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Last year, when Salt Lake City was named the seventh most "bohemian" metro area in the United States and Canada, the typical response from locals was "huh?"

The ranking was compiled by The Creative Class Group and its founder, Richard Florida, who for the past decade has argued that there are economic advantages to cities that foster creativity. In Florida's reckoning, the term "bohemian" is not about unconventionality; it's a spicy shorthand for places that have a high concentration of visual artists, writers, musicians, entertainers and designers.

The greater Salt Lake area, according to the Creative Class Group, has 40 percent more artists and entertainers than other cities of the same size. That's based on U.S. Census and Labor Statistics data.

It's an enticing image: Salt Lake City as a mecca for artists, dancers, theater people and filmmakers. And therefore art lovers — a city as artsy as, say, Portland and Seattle.

Heck, even more artsy. Portland and Seattle didn't make the Top 10 list.

The numbers seem to point to something. But what? What kind of art are we making here? As consumers of art and entertainment, what do we embrace, what do we shy away from, what are we willing to pay for? And where, as an arts community, are we headed?

Interviews with local arts leaders reveal a city that is still a little stodgy and timid but also full of artistic energy, maybe even on the cusp of something big.

What we're known for • First, a few snapshots of the Salt Lake City that people expect:

We've bought more Broadway Across America — Utah "Les Mis√©rables" tickets per capita than anywhere else ("Nobody else comes close," says Steve Boulay, president of Magic Space Entertainment). And the family-friendly Hale Centre Theatre is the biggest community theater in the country (on tap this season: yet another production of "Joseph and the Amazing Technicolor Dreamcoat"). When Pioneer Theatre Company, the state's largest professional stage, chose to produce the musical "Rent," it was slotted as an add-on to the regular season, in case subscribers would be turned off by the show's transvestite character and many swear words.

Musically, the world knows us best for our all-volunteer Mormon Tabernacle Choir, and we like making our own music. Our musical-instrument stores have higher revenues than the national average, perhaps in part because we have so many children, and thus young budding musicians. Although we're the 48th most populous metro area in the nation, we rank sixth in new piano sales.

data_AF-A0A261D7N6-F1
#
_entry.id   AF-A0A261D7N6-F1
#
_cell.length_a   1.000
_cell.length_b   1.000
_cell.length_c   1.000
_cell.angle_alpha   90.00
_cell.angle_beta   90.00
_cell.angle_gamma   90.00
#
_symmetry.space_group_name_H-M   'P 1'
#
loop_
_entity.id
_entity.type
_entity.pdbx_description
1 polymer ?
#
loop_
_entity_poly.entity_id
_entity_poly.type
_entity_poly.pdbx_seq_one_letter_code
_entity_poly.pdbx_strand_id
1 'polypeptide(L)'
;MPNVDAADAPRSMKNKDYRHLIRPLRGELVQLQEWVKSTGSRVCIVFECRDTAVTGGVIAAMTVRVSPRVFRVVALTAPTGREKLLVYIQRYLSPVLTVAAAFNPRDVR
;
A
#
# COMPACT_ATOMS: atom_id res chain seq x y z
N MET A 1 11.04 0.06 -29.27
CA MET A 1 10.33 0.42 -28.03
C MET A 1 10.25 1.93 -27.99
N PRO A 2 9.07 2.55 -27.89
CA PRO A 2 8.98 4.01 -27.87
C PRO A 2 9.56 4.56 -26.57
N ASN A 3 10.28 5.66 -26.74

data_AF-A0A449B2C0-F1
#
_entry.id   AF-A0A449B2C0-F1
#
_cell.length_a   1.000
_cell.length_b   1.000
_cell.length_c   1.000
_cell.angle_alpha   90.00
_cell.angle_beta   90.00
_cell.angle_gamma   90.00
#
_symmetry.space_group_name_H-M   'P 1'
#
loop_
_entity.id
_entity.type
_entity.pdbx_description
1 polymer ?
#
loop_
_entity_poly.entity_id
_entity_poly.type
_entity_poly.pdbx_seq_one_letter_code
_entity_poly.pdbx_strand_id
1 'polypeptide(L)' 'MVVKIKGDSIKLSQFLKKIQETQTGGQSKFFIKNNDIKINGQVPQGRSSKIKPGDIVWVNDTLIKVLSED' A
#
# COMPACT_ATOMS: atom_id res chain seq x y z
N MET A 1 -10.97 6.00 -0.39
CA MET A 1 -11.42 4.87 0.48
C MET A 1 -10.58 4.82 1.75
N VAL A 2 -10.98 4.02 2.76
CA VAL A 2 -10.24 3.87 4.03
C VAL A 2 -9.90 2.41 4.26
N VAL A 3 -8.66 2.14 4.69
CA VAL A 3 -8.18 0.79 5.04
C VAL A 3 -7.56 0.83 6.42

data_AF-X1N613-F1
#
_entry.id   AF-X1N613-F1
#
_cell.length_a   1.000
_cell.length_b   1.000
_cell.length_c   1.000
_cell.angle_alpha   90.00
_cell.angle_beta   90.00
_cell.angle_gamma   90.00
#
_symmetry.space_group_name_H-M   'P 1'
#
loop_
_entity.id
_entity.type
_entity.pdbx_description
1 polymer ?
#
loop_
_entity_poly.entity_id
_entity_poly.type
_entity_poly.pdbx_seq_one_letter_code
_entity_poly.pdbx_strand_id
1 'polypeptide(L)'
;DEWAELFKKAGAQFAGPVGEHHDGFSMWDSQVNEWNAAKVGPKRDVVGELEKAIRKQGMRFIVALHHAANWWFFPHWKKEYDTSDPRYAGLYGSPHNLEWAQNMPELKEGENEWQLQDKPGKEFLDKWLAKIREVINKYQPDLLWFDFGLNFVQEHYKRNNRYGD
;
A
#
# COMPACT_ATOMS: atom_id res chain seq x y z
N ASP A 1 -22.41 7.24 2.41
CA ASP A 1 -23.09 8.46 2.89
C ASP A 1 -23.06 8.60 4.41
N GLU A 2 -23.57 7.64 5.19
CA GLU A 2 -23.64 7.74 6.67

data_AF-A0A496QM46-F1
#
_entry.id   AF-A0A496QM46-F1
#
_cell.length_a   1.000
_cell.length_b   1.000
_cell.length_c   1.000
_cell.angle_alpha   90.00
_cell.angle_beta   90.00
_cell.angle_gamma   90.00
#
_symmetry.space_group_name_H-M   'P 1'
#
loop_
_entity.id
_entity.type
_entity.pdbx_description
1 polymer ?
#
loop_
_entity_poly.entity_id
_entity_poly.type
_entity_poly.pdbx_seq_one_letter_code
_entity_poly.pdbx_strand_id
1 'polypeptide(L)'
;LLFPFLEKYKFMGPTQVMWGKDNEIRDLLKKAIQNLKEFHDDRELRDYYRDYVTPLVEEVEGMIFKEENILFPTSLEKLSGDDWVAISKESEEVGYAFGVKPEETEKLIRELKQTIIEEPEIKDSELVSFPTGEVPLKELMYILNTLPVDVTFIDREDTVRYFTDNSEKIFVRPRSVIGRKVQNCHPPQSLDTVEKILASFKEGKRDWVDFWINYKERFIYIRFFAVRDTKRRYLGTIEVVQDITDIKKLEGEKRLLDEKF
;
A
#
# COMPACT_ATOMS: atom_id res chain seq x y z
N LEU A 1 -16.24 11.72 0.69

As authors, we're most successful nationally for our young-adult fiction and nature essays, notes The King's English bookstore owner Betsy Burton. We're also known for the best-selling, saccharine novels of Richard Paul Evans.

Like the rest of America's flyover zones, we love to make crafts. We can easily produce enough local work to fill the 45,000-square-foot Quilted Bear crafts mall, where the biggest sellers include baby hair bows and magnet boards.

Audiences in the state's capital are much more sophisticated than they were when choreographer Joan Woodbury helped found the Ririe-Woodbury dance company in 1964. Still, there are limits to our edginess, Woodbury says: "Nudity never sells here."

On another verge? • But all that predictability is only part of our creative story.

"I came here because I think Salt Lake is at an interesting moment of growth," says Micol Hebron, who took over as senior curator of exhibitions at the Salt Lake Art Center last summer after launching her career in Los Angeles.

An artist herself, with an MFA from UCLA in "new genres art," Hebron brings a heightened multimedia vibe to the Utah art scene. She also hopes to raise the global profile of Utah's visual artists and galleries, who tend not to promote themselves outside the state.

As galleries on each coast have closed down in the recession and beyond, there are opportunities for Utah galleries to fill the void, she says. "The [Utah] art world hasn't seized on that yet."

Compared with the visual art in larger metro areas, says Meri DeCaria, director/curator of Phillips Gallery, "our art is more soulful," not as slick and commercial as the art for sale in more cosmopolitan cities. "What we have here is art we can live with."

Tourists like the fact that our paintings and sculptures tend to be more of a bargain than in other cities; but that also means that when Utah artists sell their work to more expensive out-of-state galleries they price themselves out of the local market. Utah buyers, both commercial and private, are sometimes stingy about paying for art and design, notes designer Kevin Perry, board president of the local chapter of AIGA, the professional association for design.